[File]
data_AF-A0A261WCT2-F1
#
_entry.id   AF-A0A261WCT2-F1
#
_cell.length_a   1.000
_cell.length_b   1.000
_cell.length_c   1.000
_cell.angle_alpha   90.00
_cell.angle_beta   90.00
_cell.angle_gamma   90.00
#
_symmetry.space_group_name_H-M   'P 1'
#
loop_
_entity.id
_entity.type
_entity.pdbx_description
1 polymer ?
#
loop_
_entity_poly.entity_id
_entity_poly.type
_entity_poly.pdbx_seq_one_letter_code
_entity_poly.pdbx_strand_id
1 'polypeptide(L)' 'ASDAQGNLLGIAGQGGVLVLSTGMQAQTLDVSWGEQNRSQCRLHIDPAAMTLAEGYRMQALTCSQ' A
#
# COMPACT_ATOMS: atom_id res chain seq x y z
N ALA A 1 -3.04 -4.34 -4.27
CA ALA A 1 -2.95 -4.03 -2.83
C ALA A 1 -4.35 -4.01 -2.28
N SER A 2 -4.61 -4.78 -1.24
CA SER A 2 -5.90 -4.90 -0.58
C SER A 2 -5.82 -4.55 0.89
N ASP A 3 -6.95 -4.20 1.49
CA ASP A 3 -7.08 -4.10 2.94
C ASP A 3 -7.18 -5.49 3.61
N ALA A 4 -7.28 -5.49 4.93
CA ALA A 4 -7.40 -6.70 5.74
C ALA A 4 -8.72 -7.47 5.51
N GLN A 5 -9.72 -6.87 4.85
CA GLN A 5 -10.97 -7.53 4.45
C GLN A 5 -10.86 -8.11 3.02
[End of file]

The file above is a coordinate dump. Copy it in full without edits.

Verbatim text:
data_AF-A0A261WCT2-F1
#
_entry.id   AF-A0A261WCT2-F1
#
_cell.length_a   1.000
_cell.length_b   1.000
_cell.length_c   1.000
_cell.angle_alpha   90.00
_cell.angle_beta   90.00
_cell.angle_gamma   90.00
#
_symmetry.space_group_name_H-M   'P 1'
#
loop_
_entity.id
_entity.type
_entity.pdbx_description
1 polymer ?
#
loop_
_entity_poly.entity_id
_entity_poly.type
_entity_poly.pdbx_seq_one_letter_code
_entity_poly.pdbx_strand_id
1 'polypeptide(L)' 'ASDAQGNLLGIAGQGGVLVLSTGMQAQTLDVSWGEQNRSQCRLHIDPAAMTLAEGYRMQALTCSQ' A
#
# COMPACT_ATOMS: atom_id res chain seq x y z
N ALA A 1 -3.04 -4.34 -4.27
CA ALA A 1 -2.95 -4.03 -2.83
C ALA A 1 -4.35 -4.01 -2.28
N SER A 2 -4.61 -4.78 -1.24
CA SER A 2 -5.90 -4.90 -0.58
C SER A 2 -5.82 -4.55 0.89
N ASP A 3 -6.95 -4.20 1.49
CA ASP A 3 -7.08 -4.10 2.94
C ASP A 3 -7.18 -5.49 3.61
N ALA A 4 -7.28 -5.49 4.93
CA ALA A 4 -7.40 -6.70 5.74
C ALA A 4 -8.72 -7.47 5.51
N GLN A 5 -9.72 -6.87 4.85
CA GLN A 5 -10.97 -7.53 4.45
C GLN A 5 -10.86 -8.11 3.02